(Bloomberg) -- We all got used to it: a warm December from Chicago to New York and even on up into Boston.
Flowers blooming, birds singing — it could have been the start of spring. And then, slap! Temperatures fell into the teens on the Fahrenheit scale in Manhattan’s Central Park and elsewhere around the Northeast. That’s negative territory on the Celsius scale. Ice started to form on puddles and ponds and a little snow fell here and there.
“It’s a period of back to normal,” said Brian Hurley, a senior branch forecaster at the U.S. Weather Prediction Center in College Park, Maryland.
The few days since the start of 2016 have felt so bitter, yet for a large part of the eastern U.S. the cold is just pretty typical for this time of year.
The East Coast has been spoiled.
The cold hasn’t been that extreme. Through Tuesday, the average temperature for January was just over a degree below normal in Central Park and not quite a full degree in Philadelphia, National Weather Service said. In Boston and Chicago, the average readings are still just above normal.
If the statistics don’t convince you, then take a look at the best measure of cold nature has produced — natural gas traders. The moans you hear aren’t frigid winds whistling through the trees, they come from traders who realized thermostats that were cranked to warm homes and businesses weren’t going to stay turned up.
There won’t be an extended rally for prices that reached a 16-year low in December.
Temperatures in the eastern U.S. and Canada are forecast to moderate through the weekend. New York, Boston, Philadelphia and Washington will all reach the 50s (about 12-13 Celsius) by Sunday, the National Weather Service said. Toronto could make it into the 40s, while Montreal and Ottawa linger above freezing, according to Environment Canada.
This doesn’t mean a return to December’s spring-like conditions. The models suggest the cold will make another stab into the heart of Canada and the U.S., including Chicago, next week.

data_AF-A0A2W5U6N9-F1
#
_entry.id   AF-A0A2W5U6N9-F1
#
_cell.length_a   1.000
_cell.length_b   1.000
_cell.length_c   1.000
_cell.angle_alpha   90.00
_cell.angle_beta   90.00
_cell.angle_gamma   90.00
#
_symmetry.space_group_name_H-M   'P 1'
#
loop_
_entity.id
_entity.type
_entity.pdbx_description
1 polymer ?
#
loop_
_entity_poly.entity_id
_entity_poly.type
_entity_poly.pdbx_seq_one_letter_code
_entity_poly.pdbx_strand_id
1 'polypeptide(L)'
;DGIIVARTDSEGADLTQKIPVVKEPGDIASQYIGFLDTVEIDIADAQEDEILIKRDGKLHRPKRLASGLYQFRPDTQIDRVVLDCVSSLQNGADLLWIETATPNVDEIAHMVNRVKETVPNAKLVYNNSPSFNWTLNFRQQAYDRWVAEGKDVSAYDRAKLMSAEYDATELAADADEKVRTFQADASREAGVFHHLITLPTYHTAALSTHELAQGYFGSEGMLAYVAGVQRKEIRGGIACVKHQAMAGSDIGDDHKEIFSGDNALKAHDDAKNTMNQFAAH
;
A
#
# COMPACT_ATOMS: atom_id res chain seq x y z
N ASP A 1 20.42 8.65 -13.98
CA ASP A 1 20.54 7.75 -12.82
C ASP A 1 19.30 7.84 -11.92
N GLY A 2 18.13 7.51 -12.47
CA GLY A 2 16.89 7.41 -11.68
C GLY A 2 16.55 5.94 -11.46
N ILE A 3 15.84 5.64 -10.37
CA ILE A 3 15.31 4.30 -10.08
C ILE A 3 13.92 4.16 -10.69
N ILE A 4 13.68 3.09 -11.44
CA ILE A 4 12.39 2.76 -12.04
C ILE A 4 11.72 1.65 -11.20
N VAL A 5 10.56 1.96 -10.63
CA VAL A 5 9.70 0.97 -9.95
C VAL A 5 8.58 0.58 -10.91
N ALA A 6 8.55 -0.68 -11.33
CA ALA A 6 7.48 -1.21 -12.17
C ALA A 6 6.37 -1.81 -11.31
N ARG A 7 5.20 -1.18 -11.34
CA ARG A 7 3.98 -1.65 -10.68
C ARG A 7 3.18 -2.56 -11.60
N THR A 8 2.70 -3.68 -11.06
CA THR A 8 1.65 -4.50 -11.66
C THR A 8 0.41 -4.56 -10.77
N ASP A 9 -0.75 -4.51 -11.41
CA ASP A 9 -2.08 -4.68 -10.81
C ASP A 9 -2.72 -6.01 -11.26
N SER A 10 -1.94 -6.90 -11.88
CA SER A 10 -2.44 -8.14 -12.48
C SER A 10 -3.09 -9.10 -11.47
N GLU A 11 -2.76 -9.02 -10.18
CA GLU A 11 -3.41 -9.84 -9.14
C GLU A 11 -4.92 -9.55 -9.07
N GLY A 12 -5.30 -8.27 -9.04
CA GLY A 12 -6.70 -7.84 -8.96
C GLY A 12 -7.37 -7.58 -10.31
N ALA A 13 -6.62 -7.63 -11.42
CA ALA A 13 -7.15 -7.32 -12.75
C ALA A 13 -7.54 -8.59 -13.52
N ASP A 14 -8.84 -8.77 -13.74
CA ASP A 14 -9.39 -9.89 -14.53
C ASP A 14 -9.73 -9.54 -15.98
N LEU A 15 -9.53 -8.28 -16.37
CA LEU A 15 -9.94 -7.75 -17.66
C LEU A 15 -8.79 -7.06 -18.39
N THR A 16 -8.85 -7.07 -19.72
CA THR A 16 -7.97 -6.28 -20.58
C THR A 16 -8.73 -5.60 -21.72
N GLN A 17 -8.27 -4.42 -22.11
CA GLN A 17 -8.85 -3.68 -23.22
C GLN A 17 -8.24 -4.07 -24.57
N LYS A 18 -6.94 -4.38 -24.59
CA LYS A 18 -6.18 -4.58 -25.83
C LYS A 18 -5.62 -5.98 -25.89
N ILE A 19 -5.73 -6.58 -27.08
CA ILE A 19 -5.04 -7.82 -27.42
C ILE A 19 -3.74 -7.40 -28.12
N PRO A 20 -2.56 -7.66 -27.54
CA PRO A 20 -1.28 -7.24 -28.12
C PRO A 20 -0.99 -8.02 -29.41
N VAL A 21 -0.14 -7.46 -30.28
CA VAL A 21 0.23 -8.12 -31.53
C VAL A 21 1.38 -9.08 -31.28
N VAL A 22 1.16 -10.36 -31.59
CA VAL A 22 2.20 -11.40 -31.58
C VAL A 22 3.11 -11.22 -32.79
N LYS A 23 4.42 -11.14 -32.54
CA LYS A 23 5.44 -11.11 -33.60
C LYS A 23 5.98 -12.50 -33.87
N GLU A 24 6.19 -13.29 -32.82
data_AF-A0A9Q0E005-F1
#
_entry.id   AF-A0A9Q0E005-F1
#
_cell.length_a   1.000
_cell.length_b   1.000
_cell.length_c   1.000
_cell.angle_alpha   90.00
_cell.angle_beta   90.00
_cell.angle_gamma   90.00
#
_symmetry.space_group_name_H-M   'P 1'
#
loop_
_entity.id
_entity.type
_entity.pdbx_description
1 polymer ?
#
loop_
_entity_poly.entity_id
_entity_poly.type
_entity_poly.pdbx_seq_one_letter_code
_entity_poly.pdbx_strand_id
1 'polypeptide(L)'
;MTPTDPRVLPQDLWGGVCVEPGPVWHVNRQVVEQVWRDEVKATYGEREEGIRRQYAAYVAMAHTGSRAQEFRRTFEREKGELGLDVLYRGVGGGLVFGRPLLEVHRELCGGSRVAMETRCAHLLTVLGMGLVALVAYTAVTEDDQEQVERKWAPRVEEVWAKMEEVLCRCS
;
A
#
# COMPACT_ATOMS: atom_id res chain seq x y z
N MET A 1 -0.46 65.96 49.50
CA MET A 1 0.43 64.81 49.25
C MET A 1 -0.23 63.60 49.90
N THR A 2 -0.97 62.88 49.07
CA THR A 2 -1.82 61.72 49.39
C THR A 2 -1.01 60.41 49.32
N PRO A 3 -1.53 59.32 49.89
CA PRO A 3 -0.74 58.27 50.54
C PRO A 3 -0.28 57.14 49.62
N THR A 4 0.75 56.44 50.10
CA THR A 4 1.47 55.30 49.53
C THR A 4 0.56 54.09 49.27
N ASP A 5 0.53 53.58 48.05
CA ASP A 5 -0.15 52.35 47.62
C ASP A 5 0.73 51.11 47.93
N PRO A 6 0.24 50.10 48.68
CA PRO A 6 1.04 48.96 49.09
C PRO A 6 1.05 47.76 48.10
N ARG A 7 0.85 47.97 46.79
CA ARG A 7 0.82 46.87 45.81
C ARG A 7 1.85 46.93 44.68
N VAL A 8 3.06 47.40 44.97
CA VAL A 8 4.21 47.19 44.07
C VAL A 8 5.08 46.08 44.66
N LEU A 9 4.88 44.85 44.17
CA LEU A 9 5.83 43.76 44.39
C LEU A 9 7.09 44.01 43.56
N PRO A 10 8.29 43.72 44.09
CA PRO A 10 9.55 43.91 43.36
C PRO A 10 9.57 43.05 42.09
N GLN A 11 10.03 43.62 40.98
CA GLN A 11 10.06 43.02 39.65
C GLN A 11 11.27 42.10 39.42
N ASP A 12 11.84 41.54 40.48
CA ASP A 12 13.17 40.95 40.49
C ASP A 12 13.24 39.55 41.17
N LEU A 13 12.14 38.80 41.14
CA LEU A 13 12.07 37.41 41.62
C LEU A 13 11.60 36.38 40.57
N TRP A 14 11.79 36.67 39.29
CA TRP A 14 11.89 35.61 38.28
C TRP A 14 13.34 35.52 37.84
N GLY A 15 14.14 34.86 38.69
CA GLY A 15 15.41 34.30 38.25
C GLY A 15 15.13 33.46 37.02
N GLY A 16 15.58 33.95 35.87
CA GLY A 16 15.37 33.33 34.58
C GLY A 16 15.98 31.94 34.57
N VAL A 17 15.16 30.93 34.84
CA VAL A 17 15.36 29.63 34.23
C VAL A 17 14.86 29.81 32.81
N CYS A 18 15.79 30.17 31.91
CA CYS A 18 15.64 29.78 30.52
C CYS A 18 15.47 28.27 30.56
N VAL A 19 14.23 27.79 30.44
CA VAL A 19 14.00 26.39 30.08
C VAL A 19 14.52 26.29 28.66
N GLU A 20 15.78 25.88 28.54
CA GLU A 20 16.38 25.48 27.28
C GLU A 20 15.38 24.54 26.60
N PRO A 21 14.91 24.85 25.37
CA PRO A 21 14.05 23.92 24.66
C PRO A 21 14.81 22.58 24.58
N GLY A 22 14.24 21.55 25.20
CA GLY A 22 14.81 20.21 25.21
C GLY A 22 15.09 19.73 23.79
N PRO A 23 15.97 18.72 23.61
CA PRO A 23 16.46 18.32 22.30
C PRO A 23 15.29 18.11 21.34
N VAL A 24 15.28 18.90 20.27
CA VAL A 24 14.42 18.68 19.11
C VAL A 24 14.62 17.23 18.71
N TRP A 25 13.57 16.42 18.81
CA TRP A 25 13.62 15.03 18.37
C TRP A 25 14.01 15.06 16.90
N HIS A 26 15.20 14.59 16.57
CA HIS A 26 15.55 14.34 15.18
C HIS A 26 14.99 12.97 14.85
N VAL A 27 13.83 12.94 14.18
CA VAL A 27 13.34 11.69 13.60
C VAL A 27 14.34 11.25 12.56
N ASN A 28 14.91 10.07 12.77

Hurley said that’s also when computer models expect the Arctic Oscillation to peak in the negative part of its cycle. What this essentially means is that the Arctic’s cold gets dislodged from the North Pole and floods down into the U.S.
Even then, it won’t be the frigid blast that energy traders would like to see to help use up inventories.
“I would still call it seasonable,” Hurley said.
The chill will be arriving according to schedule. From Iowa to Maine, the coldest day of the year arrives sometime in the next three weeks, according to the National Centers for Environmental Information in Asheville, North Carolina.
The cold may linger through the rest of the month, flirting with mild readings or hovering around normal. It is winter, after all.
For the next 30 to 60 days, the outlook gets a little hazy, Hurley said. An El Nino that has contributed to flooding in California and snowstorms in Texas is still under way in the equatorial Pacific and that often means milder winters in the northern U.S.
Sustaining cold as in the past two winters “is harder to do,” Hurley said.
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